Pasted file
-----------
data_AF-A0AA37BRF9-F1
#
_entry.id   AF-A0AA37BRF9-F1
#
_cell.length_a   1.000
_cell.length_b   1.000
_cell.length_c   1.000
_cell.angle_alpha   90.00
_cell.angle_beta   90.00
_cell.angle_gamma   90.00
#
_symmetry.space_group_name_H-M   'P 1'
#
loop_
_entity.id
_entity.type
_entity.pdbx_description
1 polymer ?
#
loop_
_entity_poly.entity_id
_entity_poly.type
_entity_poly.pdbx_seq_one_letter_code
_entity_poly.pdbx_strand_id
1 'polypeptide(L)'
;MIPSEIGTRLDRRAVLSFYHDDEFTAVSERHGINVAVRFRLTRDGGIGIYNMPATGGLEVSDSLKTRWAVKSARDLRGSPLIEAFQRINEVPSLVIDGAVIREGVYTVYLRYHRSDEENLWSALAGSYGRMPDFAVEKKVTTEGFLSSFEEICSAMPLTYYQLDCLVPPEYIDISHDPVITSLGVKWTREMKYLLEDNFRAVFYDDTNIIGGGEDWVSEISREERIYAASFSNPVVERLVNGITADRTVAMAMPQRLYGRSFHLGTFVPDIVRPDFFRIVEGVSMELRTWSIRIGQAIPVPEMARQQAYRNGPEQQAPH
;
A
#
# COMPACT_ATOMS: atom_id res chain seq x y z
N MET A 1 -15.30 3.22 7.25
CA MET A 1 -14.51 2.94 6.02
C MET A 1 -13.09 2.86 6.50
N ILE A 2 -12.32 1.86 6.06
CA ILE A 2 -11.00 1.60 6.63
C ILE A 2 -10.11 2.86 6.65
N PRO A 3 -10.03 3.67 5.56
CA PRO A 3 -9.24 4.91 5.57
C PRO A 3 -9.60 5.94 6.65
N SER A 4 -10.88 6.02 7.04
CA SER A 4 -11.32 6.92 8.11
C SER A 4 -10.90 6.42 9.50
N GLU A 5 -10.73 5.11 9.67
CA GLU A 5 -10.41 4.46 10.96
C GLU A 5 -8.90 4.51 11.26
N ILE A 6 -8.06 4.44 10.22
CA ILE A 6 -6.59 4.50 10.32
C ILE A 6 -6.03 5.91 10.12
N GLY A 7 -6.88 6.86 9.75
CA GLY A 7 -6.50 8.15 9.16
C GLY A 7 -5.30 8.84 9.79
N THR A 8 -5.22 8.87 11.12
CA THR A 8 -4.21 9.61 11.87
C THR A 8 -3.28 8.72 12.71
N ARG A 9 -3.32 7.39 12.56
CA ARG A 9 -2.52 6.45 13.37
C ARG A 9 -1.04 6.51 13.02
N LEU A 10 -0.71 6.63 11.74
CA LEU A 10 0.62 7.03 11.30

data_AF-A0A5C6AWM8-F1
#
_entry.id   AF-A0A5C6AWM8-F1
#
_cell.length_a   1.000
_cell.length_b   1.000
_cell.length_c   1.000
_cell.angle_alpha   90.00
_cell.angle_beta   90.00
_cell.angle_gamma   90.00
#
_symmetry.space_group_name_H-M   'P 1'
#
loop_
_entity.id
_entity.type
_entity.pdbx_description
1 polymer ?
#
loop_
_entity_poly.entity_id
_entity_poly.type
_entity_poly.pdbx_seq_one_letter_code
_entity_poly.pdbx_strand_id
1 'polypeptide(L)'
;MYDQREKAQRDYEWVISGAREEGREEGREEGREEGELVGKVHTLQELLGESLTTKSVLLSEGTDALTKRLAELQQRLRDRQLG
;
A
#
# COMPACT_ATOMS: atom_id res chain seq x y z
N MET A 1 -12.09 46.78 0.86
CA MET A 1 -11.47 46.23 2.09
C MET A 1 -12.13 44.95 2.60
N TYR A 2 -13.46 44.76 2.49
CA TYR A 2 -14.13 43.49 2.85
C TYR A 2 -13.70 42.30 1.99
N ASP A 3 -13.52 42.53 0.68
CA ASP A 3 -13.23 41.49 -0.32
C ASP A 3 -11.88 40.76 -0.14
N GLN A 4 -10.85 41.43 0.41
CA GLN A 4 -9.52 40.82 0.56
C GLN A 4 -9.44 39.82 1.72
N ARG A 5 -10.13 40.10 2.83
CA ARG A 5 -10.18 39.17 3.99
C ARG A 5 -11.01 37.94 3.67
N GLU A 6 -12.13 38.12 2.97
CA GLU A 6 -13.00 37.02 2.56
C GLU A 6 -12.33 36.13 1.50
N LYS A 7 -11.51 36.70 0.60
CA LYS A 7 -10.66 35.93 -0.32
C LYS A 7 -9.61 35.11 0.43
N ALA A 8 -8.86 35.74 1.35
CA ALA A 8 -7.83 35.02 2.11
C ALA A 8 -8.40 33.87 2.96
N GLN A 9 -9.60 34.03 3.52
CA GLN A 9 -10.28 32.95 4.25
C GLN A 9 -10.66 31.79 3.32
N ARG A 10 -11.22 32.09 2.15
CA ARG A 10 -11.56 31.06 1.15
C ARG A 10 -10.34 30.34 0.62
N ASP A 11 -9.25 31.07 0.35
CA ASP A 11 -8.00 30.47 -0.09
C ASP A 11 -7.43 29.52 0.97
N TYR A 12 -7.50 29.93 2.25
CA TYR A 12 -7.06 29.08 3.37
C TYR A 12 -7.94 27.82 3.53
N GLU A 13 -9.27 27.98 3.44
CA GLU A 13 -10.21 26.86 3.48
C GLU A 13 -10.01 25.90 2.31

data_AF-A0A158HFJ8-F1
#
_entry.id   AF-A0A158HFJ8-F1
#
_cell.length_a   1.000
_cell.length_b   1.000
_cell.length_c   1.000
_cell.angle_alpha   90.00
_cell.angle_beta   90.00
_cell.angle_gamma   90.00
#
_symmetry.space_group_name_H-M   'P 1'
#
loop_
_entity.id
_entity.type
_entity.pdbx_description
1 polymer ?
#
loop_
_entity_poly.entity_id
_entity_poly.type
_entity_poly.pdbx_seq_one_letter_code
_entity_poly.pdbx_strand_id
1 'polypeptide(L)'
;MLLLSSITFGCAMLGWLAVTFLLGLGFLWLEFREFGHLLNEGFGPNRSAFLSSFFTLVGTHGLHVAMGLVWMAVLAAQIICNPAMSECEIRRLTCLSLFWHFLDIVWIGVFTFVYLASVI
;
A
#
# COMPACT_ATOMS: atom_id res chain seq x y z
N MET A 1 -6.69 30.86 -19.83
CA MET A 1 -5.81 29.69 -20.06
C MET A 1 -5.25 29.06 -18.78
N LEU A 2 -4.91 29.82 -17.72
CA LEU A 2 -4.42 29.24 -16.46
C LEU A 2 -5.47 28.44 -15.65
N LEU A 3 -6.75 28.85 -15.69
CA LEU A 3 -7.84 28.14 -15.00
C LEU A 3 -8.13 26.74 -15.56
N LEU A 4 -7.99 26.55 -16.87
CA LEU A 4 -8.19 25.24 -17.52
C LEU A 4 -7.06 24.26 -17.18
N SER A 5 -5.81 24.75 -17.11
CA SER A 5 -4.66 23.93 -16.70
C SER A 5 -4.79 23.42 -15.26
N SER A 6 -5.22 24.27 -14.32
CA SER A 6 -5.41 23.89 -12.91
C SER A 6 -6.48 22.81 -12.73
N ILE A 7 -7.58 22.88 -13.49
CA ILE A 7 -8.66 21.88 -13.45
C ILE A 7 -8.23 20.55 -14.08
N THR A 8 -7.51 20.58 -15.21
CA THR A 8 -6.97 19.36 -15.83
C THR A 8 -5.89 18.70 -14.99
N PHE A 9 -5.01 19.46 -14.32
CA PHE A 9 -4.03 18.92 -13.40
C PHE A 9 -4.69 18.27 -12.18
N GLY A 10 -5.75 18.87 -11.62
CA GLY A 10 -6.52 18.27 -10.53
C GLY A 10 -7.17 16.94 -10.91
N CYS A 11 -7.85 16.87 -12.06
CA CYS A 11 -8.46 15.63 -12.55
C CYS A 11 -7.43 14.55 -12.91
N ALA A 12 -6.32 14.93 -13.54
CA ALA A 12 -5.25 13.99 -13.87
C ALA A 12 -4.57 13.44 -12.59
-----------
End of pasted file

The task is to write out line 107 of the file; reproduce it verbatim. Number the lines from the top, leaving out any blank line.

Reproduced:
C GLU A 6 -12.33 36.13 1.50